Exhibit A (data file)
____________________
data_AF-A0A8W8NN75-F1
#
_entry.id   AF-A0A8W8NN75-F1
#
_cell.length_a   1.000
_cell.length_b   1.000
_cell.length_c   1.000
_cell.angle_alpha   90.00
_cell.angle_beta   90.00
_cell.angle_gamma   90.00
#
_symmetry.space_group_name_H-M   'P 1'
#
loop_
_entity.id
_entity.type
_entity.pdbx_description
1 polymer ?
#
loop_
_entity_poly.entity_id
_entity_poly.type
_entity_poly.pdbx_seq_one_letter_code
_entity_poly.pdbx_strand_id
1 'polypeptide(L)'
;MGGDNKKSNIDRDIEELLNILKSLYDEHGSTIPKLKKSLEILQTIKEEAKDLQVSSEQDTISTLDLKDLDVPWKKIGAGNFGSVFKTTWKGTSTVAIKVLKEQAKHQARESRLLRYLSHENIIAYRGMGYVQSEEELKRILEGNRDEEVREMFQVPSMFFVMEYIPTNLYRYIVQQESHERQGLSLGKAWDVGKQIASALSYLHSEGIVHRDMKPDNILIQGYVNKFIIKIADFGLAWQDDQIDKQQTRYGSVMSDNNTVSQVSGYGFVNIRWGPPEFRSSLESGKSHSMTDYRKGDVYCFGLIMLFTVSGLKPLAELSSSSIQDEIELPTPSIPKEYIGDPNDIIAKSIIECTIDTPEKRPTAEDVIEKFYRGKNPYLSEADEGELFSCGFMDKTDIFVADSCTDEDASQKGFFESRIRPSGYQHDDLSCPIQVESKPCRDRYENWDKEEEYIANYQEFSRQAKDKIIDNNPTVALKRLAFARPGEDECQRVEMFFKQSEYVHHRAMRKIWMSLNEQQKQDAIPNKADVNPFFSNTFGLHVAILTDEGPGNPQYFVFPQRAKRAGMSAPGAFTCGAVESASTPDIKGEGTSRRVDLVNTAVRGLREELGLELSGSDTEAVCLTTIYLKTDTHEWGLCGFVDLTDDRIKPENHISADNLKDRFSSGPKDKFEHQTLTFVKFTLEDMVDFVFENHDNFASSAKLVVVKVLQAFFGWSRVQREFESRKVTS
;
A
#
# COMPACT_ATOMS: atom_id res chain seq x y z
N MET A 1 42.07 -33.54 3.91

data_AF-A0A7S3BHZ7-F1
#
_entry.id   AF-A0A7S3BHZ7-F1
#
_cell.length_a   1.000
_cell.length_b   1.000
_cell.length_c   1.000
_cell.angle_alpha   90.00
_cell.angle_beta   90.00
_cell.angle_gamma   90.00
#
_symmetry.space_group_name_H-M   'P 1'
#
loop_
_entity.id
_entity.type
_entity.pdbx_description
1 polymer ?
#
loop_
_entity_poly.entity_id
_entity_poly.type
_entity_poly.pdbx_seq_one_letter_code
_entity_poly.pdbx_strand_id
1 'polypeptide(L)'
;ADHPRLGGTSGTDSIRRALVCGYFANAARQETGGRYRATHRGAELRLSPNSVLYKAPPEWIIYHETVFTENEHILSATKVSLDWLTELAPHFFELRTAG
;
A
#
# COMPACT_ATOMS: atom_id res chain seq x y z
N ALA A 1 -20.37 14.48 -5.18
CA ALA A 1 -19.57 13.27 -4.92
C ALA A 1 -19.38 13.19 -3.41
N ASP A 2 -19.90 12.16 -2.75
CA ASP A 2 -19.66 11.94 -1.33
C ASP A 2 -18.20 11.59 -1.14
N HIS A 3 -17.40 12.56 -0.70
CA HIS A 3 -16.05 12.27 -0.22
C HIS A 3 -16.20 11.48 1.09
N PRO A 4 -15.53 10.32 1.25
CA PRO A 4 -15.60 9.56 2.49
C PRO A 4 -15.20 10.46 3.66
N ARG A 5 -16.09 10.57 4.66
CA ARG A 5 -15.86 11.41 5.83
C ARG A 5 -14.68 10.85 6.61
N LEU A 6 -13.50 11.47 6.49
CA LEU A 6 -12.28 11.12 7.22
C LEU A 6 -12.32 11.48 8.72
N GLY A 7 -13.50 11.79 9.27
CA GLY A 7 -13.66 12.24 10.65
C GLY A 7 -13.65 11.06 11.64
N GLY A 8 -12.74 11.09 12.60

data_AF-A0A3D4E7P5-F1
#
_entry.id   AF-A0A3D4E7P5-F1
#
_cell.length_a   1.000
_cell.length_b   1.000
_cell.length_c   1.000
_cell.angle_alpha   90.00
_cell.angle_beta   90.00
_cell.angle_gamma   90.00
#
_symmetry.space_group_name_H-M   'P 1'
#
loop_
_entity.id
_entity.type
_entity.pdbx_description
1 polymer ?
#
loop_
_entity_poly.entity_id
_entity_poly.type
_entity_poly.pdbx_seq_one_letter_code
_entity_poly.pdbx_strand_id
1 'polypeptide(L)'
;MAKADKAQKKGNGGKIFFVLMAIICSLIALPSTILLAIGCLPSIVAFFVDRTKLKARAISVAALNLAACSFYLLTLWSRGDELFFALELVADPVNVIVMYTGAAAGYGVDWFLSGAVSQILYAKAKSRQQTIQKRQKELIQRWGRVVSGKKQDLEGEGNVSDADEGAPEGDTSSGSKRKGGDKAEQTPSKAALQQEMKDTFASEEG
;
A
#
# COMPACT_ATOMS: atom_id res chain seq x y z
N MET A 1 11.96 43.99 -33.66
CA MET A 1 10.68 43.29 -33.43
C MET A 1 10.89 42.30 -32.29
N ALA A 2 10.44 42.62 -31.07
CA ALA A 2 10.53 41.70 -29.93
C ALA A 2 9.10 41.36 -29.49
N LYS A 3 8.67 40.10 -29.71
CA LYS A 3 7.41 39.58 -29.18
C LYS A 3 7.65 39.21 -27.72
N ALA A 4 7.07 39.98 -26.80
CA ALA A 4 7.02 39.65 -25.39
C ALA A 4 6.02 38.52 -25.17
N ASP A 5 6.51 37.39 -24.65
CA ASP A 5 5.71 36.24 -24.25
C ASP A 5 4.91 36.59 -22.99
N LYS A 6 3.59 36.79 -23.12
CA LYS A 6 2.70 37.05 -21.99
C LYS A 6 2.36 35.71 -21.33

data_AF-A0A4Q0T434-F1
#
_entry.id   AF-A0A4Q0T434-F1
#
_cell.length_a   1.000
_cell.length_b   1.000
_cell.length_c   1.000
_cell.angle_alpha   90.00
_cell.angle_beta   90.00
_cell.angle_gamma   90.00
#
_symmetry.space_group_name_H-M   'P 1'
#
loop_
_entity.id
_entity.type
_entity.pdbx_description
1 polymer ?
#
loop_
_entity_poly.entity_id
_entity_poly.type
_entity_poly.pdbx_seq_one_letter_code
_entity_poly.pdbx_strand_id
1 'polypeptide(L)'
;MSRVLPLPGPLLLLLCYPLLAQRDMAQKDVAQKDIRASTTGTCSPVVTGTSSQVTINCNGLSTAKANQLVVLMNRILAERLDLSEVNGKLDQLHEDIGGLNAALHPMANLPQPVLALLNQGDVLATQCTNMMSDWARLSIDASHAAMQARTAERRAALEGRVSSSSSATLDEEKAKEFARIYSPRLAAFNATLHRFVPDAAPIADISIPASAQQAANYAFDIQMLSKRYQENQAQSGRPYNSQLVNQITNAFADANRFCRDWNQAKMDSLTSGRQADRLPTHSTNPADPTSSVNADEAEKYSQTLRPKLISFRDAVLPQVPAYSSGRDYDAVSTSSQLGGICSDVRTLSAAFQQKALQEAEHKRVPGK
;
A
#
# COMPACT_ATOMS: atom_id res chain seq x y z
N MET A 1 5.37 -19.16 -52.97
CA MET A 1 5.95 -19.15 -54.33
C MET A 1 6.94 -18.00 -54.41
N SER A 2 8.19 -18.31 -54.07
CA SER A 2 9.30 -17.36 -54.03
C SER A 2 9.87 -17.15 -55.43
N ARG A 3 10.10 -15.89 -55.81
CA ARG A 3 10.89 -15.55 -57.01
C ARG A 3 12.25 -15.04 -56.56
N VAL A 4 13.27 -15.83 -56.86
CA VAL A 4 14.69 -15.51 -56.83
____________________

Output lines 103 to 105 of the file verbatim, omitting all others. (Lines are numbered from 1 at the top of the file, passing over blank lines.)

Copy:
loop_
_entity_poly.entity_id
_entity_poly.type